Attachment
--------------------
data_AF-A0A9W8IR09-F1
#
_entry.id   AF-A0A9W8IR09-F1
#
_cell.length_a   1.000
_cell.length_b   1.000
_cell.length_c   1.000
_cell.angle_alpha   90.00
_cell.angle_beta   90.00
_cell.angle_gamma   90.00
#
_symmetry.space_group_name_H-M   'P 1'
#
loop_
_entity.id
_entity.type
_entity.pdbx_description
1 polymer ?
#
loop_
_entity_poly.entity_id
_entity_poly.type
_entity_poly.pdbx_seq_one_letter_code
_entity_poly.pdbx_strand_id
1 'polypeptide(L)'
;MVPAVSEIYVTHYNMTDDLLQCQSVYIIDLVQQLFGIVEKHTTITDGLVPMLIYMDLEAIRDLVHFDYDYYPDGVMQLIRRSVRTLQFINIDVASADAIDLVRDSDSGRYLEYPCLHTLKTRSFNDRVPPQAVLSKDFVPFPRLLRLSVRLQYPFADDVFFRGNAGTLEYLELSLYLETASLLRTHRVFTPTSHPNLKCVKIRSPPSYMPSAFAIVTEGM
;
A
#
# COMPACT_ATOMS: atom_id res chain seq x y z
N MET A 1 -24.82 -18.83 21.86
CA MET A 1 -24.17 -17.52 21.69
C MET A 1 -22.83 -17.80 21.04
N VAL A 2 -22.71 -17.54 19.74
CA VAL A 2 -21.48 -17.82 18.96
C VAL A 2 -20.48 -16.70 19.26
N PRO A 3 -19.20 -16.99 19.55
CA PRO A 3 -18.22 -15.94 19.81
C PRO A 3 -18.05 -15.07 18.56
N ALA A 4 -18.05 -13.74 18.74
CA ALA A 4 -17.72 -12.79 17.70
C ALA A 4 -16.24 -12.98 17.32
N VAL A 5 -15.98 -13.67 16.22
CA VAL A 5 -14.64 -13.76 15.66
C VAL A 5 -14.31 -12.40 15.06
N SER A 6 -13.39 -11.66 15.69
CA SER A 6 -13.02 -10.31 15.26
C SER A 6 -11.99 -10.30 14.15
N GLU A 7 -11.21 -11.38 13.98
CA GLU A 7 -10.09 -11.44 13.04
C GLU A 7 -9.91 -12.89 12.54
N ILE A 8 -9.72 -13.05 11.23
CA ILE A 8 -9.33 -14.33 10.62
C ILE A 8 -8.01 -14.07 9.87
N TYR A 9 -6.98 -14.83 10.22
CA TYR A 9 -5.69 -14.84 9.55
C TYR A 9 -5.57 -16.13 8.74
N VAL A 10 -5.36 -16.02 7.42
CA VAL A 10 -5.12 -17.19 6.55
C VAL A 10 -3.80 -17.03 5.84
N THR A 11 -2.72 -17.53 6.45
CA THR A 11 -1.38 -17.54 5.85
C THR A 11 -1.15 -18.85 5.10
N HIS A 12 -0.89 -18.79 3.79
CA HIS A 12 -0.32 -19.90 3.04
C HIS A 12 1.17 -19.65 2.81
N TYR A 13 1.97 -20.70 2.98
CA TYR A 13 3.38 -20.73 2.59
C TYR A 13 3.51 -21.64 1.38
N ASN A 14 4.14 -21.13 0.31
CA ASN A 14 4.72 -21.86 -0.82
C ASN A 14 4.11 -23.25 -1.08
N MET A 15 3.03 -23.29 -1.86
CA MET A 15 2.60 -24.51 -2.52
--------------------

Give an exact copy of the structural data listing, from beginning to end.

data_AF-A0A9W8IR09-F1
#
_entry.id   AF-A0A9W8IR09-F1
#
_cell.length_a   1.000
_cell.length_b   1.000
_cell.length_c   1.000
_cell.angle_alpha   90.00
_cell.angle_beta   90.00
_cell.angle_gamma   90.00
#
_symmetry.space_group_name_H-M   'P 1'
#
loop_
_entity.id
_entity.type
_entity.pdbx_description
1 polymer ?
#
loop_
_entity_poly.entity_id
_entity_poly.type
_entity_poly.pdbx_seq_one_letter_code
_entity_poly.pdbx_strand_id
1 'polypeptide(L)'
;MVPAVSEIYVTHYNMTDDLLQCQSVYIIDLVQQLFGIVEKHTTITDGLVPMLIYMDLEAIRDLVHFDYDYYPDGVMQLIRRSVRTLQFINIDVASADAIDLVRDSDSGRYLEYPCLHTLKTRSFNDRVPPQAVLSKDFVPFPRLLRLSVRLQYPFADDVFFRGNAGTLEYLELSLYLETASLLRTHRVFTPTSHPNLKCVKIRSPPSYMPSAFAIVTEGM
;
A
#
# COMPACT_ATOMS: atom_id res chain seq x y z
N MET A 1 -24.82 -18.83 21.86
CA MET A 1 -24.17 -17.52 21.69
C MET A 1 -22.83 -17.80 21.04
N VAL A 2 -22.71 -17.54 19.74
CA VAL A 2 -21.48 -17.82 18.96
C VAL A 2 -20.48 -16.70 19.26
N PRO A 3 -19.20 -16.99 19.55
CA PRO A 3 -18.22 -15.94 19.81
C PRO A 3 -18.05 -15.07 18.56
N ALA A 4 -18.05 -13.74 18.74
CA ALA A 4 -17.72 -12.79 17.70
C ALA A 4 -16.24 -12.98 17.32
N VAL A 5 -15.98 -13.67 16.22
CA VAL A 5 -14.64 -13.76 15.66
C VAL A 5 -14.31 -12.40 15.06
N SER A 6 -13.39 -11.66 15.69
CA SER A 6 -13.02 -10.31 15.26
C SER A 6 -11.99 -10.30 14.15
N GLU A 7 -11.21 -11.38 13.98
CA GLU A 7 -10.09 -11.44 13.04
C GLU A 7 -9.91 -12.89 12.54
N ILE A 8 -9.72 -13.05 11.23
CA ILE A 8 -9.33 -14.33 10.62
C ILE A 8 -8.01 -14.07 9.87
N TYR A 9 -6.98 -14.83 10.22
CA TYR A 9 -5.69 -14.84 9.55
C TYR A 9 -5.57 -16.13 8.74
N VAL A 10 -5.36 -16.02 7.42
CA VAL A 10 -5.12 -17.19 6.55
C VAL A 10 -3.80 -17.03 5.84
N THR A 11 -2.72 -17.53 6.45
CA THR A 11 -1.38 -17.54 5.85
C THR A 11 -1.15 -18.85 5.10
N HIS A 12 -0.89 -18.79 3.79
CA HIS A 12 -0.32 -19.90 3.04
C HIS A 12 1.17 -19.65 2.81
N TYR A 13 1.97 -20.70 2.98
CA TYR A 13 3.38 -20.73 2.59
C TYR A 13 3.51 -21.64 1.38
N ASN A 14 4.14 -21.13 0.31
CA ASN A 14 4.72 -21.86 -0.82
C ASN A 14 4.11 -23.25 -1.08
N MET A 15 3.03 -23.29 -1.86
CA MET A 15 2.60 -24.51 -2.52